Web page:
Former Florida Republican Gov. Jeb Bush announced on Facebook Tuesday that he is launching a leadership PAC called "Right to Rise" as he explores the possibility of running for president.
"Hey everybody today we're setting up the Right to Rise PAC which is a PAC to support candidates that believe in conservative principals to allow all Americans to rise up. If you're interested, go to righttorisepac.org," Bush says in a video posted to Facebook. He also posted another version of the video in Spanish.
Bush was the first prominent Republican to candidly say he was considering a run for the White House, but he is the only potential 2016 candidate who did not yet have leadership PAC. Launching one allows him to raise money for other candidates, as well as for his own political travel and expenses.
"It's a real signal to everybody saying, 'I'm really seriously considering this and this is the next step,'" said CBS News Senior Political Editor Steve Chaggaris.
The phrase "right to rise" appears to have been coined by Rep. Paul Ryan, R-Wisconsin, the 2012 vice presidential nominee. Bush quoted it in a 2011 Wall Street Journal op-ed, crediting Ryan, when he wrote about the importance of economic freedom.
"Congressman Paul Ryan recently coined a smart phrase to describe the core concept of economic freedom: 'The right to rise,'" he wrote. "Think about it. We talk about the right to free speech, the right to bear arms, the right to assembly. The right to rise doesn't seem like something we should have to protect. But we do. We have to make it easier for people to do the things that allow them to rise. We have to let them compete."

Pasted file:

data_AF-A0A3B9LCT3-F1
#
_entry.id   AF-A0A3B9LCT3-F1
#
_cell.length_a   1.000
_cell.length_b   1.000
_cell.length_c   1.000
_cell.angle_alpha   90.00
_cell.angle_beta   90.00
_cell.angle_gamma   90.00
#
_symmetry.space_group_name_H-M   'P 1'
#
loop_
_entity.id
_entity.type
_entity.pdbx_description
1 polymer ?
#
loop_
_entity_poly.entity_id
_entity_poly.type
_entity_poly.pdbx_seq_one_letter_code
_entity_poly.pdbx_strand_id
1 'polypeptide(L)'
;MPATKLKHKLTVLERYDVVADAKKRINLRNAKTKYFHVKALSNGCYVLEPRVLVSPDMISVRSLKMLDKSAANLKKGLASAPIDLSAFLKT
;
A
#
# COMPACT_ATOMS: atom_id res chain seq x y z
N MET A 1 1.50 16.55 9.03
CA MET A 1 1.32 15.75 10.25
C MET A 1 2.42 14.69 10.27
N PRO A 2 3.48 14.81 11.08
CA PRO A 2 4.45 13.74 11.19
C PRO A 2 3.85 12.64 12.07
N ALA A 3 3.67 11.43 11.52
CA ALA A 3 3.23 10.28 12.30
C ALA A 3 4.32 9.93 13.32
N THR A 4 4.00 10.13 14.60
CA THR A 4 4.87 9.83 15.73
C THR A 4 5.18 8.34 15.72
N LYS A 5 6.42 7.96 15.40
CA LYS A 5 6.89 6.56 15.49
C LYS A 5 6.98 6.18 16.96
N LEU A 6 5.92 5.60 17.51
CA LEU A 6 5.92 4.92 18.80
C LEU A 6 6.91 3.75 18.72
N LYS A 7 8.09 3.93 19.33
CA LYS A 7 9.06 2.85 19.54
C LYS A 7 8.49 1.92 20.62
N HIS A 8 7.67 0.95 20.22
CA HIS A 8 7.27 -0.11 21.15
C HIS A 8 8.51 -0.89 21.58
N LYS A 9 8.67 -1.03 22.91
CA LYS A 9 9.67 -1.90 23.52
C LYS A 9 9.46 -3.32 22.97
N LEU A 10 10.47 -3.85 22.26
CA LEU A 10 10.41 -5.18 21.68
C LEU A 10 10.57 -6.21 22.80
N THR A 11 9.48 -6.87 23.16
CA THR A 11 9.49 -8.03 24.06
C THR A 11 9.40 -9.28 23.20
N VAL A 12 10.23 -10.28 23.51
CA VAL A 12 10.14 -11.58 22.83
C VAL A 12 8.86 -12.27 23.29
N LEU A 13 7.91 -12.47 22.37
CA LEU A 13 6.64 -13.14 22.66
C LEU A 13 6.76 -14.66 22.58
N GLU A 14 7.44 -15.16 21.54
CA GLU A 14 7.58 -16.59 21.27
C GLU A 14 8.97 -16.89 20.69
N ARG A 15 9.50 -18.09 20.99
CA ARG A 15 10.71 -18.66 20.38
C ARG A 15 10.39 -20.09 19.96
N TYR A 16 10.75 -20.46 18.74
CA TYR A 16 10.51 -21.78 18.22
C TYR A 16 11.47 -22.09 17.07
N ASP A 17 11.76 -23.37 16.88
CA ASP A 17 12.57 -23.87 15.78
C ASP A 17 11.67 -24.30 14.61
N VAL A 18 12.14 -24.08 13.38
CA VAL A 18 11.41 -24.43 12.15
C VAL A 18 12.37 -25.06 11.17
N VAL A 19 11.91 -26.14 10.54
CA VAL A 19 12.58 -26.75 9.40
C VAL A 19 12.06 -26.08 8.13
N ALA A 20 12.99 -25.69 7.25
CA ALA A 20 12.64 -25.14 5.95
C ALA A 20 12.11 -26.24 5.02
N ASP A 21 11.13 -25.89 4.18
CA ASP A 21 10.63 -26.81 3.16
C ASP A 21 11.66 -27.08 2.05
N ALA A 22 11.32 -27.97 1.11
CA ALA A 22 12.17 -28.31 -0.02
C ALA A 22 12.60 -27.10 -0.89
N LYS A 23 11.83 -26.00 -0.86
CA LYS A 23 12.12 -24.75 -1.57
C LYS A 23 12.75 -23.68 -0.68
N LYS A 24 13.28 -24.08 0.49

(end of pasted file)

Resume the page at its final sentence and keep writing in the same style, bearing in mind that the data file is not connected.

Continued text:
On the Right to Rise website, there is a note that says, "We believe passionately that the Right to Rise -- to move up the income ladder based on merit, hard work and earned success -- is the central moral promise of American economic life. We are optimists who believe that America's opportunities have never been greater than they are right now. But we know America is falling short of its promise." The PAC will back candidates "who want to restore the promise of America with a positive, conservative vision of reform and renewal," it says.
A source close to Bush said that the former governor will be making an effort to set himself apart as a different kind of Republican than the rest of the GOP field.
Politico reported Tuesday that Bush's allies are also preparing to set up a super PAC in the coming days that will help secure the support of major GOP donors and potentially give his rivals a reason to reconsider entering the race. He has a fundraiser planned for Wednesday in Greenwich, Connecticut, and will meet with some of the party's mega-donors.
A super PAC would allow donors to contribute to Bush without any legal limits, although the money cannot be used in coordination with a formal campaign.
Not long after Bush announced the formation of Right to Rise, his brother, former President George W. Bush, wrote on Facebook that he and his wife, Laura, had made a donation.
"Today, Jeb Bush is launching Right to Rise, a leadership PAC dedicated to making America a place of unlimited opportunity. Laura and I are proud to support my brother by making a contribution," he said.
The former president has said that he hopes his brother runs. He would be the third member of the Bush family to serve as president.
CBS News Senior Political Editor Steve Chaggaris and CBS News Associate Producer Donald Judd contributed to this post.
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